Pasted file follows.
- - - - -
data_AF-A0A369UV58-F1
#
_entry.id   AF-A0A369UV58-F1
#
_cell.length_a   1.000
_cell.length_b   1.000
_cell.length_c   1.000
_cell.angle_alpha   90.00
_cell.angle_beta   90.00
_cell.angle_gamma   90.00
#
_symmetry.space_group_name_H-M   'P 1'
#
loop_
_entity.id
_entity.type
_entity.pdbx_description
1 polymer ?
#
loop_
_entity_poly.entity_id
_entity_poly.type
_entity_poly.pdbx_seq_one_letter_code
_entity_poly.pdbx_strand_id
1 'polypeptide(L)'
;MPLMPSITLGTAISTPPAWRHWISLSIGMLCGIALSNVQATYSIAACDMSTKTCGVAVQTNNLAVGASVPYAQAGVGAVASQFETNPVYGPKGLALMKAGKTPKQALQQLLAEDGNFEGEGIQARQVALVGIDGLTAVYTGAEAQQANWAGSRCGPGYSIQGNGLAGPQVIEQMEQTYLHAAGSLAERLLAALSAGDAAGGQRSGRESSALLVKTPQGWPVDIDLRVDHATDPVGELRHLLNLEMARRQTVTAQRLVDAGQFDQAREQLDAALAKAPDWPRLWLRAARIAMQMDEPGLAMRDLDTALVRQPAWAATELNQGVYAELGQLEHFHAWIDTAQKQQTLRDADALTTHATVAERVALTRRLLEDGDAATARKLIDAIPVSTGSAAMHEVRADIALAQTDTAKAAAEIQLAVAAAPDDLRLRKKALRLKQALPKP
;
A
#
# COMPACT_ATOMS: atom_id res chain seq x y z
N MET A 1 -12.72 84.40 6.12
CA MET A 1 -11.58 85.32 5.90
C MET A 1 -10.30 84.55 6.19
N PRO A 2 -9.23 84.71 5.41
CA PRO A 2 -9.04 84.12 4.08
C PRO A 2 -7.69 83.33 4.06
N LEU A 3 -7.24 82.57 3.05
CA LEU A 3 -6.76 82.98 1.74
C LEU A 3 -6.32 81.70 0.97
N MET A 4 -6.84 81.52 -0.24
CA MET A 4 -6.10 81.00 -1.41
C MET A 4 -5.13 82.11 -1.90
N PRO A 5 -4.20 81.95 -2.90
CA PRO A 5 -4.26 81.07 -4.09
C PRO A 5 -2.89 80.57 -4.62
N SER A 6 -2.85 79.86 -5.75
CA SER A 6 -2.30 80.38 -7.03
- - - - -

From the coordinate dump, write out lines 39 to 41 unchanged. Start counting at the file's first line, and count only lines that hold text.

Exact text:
C LEU A 3 -6.32 81.70 0.97
N MET A 4 -6.84 81.52 -0.24
CA MET A 4 -6.10 81.00 -1.41